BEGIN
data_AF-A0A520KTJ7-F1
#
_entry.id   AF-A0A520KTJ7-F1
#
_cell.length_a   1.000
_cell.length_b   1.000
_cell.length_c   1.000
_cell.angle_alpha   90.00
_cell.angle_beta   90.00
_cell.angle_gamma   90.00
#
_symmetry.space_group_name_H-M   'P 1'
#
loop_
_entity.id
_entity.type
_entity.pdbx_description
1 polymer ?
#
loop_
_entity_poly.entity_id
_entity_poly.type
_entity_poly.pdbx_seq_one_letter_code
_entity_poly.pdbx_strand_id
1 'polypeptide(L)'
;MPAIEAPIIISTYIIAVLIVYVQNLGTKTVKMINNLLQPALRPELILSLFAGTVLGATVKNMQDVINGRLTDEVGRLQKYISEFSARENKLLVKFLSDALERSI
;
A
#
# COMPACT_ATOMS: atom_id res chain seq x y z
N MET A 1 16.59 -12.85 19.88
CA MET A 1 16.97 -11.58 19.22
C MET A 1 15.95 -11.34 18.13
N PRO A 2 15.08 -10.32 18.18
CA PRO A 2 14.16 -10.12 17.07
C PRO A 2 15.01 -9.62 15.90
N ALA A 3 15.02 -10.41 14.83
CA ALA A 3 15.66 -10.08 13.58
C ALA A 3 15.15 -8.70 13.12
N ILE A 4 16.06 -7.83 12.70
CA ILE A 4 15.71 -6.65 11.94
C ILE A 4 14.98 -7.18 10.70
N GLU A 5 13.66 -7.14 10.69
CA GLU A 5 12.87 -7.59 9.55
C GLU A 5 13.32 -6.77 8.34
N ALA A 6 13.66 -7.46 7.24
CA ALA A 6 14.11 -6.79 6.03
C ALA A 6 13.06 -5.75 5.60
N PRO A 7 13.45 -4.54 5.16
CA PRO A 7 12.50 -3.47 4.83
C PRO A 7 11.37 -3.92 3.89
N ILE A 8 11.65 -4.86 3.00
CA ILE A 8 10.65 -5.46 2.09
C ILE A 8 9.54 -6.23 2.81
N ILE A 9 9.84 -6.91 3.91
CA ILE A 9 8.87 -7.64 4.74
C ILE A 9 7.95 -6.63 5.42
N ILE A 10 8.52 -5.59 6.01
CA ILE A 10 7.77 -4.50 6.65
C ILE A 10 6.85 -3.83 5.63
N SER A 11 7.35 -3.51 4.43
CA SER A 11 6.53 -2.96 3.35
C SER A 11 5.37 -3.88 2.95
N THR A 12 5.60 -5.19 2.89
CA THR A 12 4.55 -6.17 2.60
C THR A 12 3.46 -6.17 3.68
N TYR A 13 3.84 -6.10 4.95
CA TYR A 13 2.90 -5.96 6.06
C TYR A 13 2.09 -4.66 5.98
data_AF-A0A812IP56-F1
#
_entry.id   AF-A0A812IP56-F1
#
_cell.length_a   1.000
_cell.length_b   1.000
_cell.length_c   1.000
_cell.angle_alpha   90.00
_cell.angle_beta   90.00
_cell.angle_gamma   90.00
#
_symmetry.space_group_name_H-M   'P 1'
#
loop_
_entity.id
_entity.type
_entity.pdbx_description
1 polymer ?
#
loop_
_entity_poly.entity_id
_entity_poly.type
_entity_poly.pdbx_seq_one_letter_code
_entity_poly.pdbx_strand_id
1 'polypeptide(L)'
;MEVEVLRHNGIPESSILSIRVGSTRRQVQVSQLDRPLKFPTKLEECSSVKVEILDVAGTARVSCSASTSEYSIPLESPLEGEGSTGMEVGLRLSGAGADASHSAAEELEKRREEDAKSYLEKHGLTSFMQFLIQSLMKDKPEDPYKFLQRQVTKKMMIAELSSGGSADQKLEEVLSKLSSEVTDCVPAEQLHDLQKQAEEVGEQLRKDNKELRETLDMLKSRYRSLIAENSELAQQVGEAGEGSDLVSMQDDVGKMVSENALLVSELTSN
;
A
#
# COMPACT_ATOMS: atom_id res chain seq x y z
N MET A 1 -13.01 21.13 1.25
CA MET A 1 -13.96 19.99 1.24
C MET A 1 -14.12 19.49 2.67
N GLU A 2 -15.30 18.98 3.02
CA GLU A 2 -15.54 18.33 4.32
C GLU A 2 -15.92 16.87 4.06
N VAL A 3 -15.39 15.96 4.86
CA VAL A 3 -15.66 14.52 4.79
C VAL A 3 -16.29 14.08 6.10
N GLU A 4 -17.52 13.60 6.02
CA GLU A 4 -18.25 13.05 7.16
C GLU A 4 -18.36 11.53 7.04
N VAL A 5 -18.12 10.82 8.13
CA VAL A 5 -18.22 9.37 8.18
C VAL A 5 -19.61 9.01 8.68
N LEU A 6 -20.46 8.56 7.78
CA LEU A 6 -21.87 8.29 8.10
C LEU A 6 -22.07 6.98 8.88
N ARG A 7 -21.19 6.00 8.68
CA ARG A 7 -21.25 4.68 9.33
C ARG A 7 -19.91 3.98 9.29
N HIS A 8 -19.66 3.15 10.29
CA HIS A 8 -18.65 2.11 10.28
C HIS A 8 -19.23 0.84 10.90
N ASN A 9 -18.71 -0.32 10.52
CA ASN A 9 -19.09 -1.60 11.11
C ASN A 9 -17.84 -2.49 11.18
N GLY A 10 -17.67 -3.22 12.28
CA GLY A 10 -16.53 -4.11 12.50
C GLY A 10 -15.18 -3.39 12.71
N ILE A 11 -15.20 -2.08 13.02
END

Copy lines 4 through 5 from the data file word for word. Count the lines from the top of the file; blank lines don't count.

#
_cell.length_a   1.000